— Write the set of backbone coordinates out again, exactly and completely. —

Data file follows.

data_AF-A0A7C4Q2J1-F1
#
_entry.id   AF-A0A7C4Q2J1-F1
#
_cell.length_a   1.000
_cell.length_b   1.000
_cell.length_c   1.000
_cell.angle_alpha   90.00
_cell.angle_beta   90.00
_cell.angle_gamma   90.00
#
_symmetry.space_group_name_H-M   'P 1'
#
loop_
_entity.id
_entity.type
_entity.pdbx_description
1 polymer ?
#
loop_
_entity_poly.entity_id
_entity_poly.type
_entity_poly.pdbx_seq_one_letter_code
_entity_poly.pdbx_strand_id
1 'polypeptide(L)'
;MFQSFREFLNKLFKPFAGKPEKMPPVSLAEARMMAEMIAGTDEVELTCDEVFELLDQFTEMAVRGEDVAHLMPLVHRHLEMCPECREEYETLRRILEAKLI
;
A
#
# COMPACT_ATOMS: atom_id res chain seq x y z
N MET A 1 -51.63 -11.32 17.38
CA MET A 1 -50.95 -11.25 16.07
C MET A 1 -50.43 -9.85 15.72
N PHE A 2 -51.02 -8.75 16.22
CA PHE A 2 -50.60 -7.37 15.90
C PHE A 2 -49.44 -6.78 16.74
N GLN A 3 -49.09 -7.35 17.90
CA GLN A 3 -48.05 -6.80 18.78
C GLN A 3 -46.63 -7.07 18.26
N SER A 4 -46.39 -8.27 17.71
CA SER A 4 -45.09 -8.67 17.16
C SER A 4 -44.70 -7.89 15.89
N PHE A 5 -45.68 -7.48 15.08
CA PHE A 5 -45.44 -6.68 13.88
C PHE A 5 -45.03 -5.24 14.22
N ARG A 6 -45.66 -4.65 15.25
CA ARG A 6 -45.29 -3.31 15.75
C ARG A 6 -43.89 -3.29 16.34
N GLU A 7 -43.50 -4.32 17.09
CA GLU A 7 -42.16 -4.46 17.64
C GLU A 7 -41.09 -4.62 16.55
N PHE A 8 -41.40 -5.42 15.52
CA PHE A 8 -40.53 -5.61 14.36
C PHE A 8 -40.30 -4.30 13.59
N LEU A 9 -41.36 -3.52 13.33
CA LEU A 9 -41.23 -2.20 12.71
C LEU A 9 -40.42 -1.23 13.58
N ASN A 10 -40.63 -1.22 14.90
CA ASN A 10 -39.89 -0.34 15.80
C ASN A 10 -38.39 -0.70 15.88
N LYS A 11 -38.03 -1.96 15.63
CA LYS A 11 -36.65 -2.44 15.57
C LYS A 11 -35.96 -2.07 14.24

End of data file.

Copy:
data_AF-A0A7C4Q2J1-F1
#
_entry.id   AF-A0A7C4Q2J1-F1
#
_cell.length_a   1.000
_cell.length_b   1.000
_cell.length_c   1.000
_cell.angle_alpha   90.00
_cell.angle_beta   90.00
_cell.angle_gamma   90.00
#
_symmetry.space_group_name_H-M   'P 1'
#
loop_
_entity.id
_entity.type
_entity.pdbx_description
1 polymer ?
#
loop_
_entity_poly.entity_id
_entity_poly.type
_entity_poly.pdbx_seq_one_letter_code
_entity_poly.pdbx_strand_id
1 'polypeptide(L)'
;MFQSFREFLNKLFKPFAGKPEKMPPVSLAEARMMAEMIAGTDEVELTCDEVFELLDQFTEMAVRGEDVAHLMPLVHRHLEMCPECREEYETLRRILEAKLI
;
A
#
# COMPACT_ATOMS: atom_id res chain seq x y z
N MET A 1 -51.63 -11.32 17.38
CA MET A 1 -50.95 -11.25 16.07
C MET A 1 -50.43 -9.85 15.72
N PHE A 2 -51.02 -8.75 16.22
CA PHE A 2 -50.60 -7.37 15.90
C PHE A 2 -49.44 -6.78 16.74
N GLN A 3 -49.09 -7.35 17.90
CA GLN A 3 -48.05 -6.80 18.78
C GLN A 3 -46.63 -7.07 18.26
N SER A 4 -46.39 -8.27 17.71
CA SER A 4 -45.09 -8.67 17.16
C SER A 4 -44.70 -7.89 15.89
N PHE A 5 -45.68 -7.48 15.08
CA PHE A 5 -45.44 -6.68 13.88
C PHE A 5 -45.03 -5.24 14.22
N ARG A 6 -45.66 -4.65 15.25
CA ARG A 6 -45.29 -3.31 15.75
C ARG A 6 -43.89 -3.29 16.34
N GLU A 7 -43.50 -4.32 17.09
CA GLU A 7 -42.16 -4.46 17.64
C GLU A 7 -41.09 -4.62 16.55
N PHE A 8 -41.40 -5.42 15.52
CA PHE A 8 -40.53 -5.61 14.36
C PHE A 8 -40.30 -4.30 13.59
N LEU A 9 -41.36 -3.52 13.33
CA LEU A 9 -41.23 -2.20 12.71
C LEU A 9 -40.42 -1.23 13.58
N ASN A 10 -40.63 -1.22 14.90
CA ASN A 10 -39.89 -0.34 15.80
C ASN A 10 -38.39 -0.70 15.88
N LYS A 11 -38.03 -1.96 15.63
CA LYS A 11 -36.65 -2.44 15.57
C LYS A 11 -35.96 -2.07 14.24